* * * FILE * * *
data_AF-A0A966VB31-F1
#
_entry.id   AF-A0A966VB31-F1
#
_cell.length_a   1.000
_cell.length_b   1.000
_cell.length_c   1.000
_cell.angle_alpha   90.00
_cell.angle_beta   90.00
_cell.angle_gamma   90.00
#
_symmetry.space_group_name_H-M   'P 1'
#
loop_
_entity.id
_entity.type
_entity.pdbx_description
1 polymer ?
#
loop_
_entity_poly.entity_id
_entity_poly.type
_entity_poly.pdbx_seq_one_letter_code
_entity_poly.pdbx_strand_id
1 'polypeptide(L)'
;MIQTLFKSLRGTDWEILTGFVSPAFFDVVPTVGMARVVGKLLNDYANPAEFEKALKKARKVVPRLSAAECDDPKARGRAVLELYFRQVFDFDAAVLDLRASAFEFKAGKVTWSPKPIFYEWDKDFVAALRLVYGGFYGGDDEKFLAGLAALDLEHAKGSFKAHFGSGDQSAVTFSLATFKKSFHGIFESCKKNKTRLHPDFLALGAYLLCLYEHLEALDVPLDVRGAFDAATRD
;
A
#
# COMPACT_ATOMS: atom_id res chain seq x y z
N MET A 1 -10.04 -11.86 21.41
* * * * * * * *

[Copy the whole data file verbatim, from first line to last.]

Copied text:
data_AF-A0A966VB31-F1
#
_entry.id   AF-A0A966VB31-F1
#
_cell.length_a   1.000
_cell.length_b   1.000
_cell.length_c   1.000
_cell.angle_alpha   90.00
_cell.angle_beta   90.00
_cell.angle_gamma   90.00
#
_symmetry.space_group_name_H-M   'P 1'
#
loop_
_entity.id
_entity.type
_entity.pdbx_description
1 polymer ?
#
loop_
_entity_poly.entity_id
_entity_poly.type
_entity_poly.pdbx_seq_one_letter_code
_entity_poly.pdbx_strand_id
1 'polypeptide(L)'
;MIQTLFKSLRGTDWEILTGFVSPAFFDVVPTVGMARVVGKLLNDYANPAEFEKALKKARKVVPRLSAAECDDPKARGRAVLELYFRQVFDFDAAVLDLRASAFEFKAGKVTWSPKPIFYEWDKDFVAALRLVYGGFYGGDDEKFLAGLAALDLEHAKGSFKAHFGSGDQSAVTFSLATFKKSFHGIFESCKKNKTRLHPDFLALGAYLLCLYEHLEALDVPLDVRGAFDAATRD
;
A
#
# COMPACT_ATOMS: atom_id res chain seq x y z
N MET A 1 -10.04 -11.86 21.41